As beginners, there is no point in wasting money to get an expensive road bike, for you just start to cycling and not sure whether you will go on or keep cycling. An entry-level roadster will generally be somewhat more expensive than a mountain bike or hybrid. If your budget is over 1000 dollars, then you may get a good one. If your budget is not enough, you can get a bike that satisfies your budget right now; and after several months if you are still interested in this sports, you can sell the old one then get a better one. That’s a good choice for beginners, in case that their enthusiasm disappears after several months.
There are many features in a bike that will contribute to the comfort that they will be able to deliver. One of the most important would be the design of the seat. It should be well-cushioned, and most importantly, it should come with an adjustable height to allow you to have it positioned based on what you are most comfortable with. The handlebar should be also designed intelligently, as well as the pedals.
Your safety depends on a number of factors, such as how attentive you are when biking. Moreover, there are also features of the bike that will greatly influence your safety. There is perhaps nothing that can prove to be more important than having superior brakes, allowing the bike to be put on an immediate stop when needed. The quality of the wheels should also be excellent, as well as that of the frame.
Take a look at the construction of the frame, and more importantly, the material that is used in it. Steel is one of the most common materials, which is known for being cheap, but its weight is compromised. It is heavy, and hence, will require a lot of effort on the part of the user. Beginners should stay away from this kind of material, and aluminum and carbon alloy frames are better choices.
When evaluating the wheel of a bike, take a look at its size or diameter. Choose one that is perfectly fitted for your height or weight. In addition, you should also take a look at its specific materials, especially the spoke. The tires should be well-made. They should be designed in such a way that they will be able to withstand tough surfaces. In addition, they should have an excellent grip, which can guarantee impressive traction in a variety of surfaces.
Some Suggestion About Choosing A Road Bike For Beginners
- Your budget shouldn’t be too high
There is no point in wasting money on purchasing expensive road bike as beginners. So my suggestion about budget is around 1000 dollars. Purchasing a second-hand road bike is also a good choice.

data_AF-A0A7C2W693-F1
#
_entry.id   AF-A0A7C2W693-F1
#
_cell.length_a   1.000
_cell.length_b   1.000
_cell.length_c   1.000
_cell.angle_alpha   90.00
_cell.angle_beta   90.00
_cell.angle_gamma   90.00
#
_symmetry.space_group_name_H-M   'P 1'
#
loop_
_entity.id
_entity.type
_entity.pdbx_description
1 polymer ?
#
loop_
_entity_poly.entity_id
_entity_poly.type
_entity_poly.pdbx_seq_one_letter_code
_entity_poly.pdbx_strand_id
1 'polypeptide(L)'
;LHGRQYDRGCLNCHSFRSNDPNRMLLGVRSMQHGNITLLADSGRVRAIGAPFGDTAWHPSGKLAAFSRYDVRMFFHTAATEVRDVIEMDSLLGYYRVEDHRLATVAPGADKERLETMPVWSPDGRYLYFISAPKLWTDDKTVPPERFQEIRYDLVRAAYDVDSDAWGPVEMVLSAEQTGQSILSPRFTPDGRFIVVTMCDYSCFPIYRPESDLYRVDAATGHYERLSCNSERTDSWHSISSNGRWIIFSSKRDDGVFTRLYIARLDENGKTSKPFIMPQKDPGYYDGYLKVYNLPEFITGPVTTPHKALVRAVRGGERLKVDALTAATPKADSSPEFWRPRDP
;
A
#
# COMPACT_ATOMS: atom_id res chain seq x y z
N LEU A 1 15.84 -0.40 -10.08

- Choose a road bike with light frame
All beginners need to take some time to get used to the road bike and its functions. I suggest them to get a road bike with a light frame, like aluminum frame. It is true that steel frame is cheaper than aluminum frame, but a light frame is more suitable for beginners.
- Choose a road bike that fits your figure
It is very important to choose a bike that fits you precisely. If the diameter of the wheel is too big for you, your risk of falling off from the bike increases.
In conclusion, the best road bike for beginners may be this one: 2015 Trek Domane 2.0 Tiagra Road Bike 50cm.
Here is some information about this type of road bike.
|200 Series Alpha Aluminum, IsoSpeed, vanishing fender mounts|
|Fork||Trek IsoSpeed carbon, SpeedTrap compatible|
|Wheels||Bontrager alloy hubs, Bontrager Tubeless Ready rims|
|Front Hub||Bontrager alloy|
|Rear Hub||Bontrager alloy|
|TiresBontrager||Bontrager R1 Hard-Case Lite, 700x25c|
|Shifters||Shimano Tiagra, 10 speed|
|Crank||Shimano Tiagra, 50/34 (compact)|
|Bottom bracket||Press Fit|
|Cassette||Shimano Tiagra, 11-32, 10 speed|
|Saddle||Bontrager Paradigm 1|
|Seatpost||Bontrager alloy, 2-bolt head, 27.2mm, 8mm offset|
|Handlebar||Bontrager Race, VR-C, 31.8mm|
|Stem||Bontrager Elite, 31.8mm, 7 degree, w/Blendr computer & light mounts|
|Headset||1-1/8" integrated, semi-cartridge bearings|
Of course, this is just one recommendation for beginners. If you really want to find the best road bike, a lot of riding test is essential and inevitable. Only by this means can you find a road bike that suits you the best. Hope you enjoy your cycling life!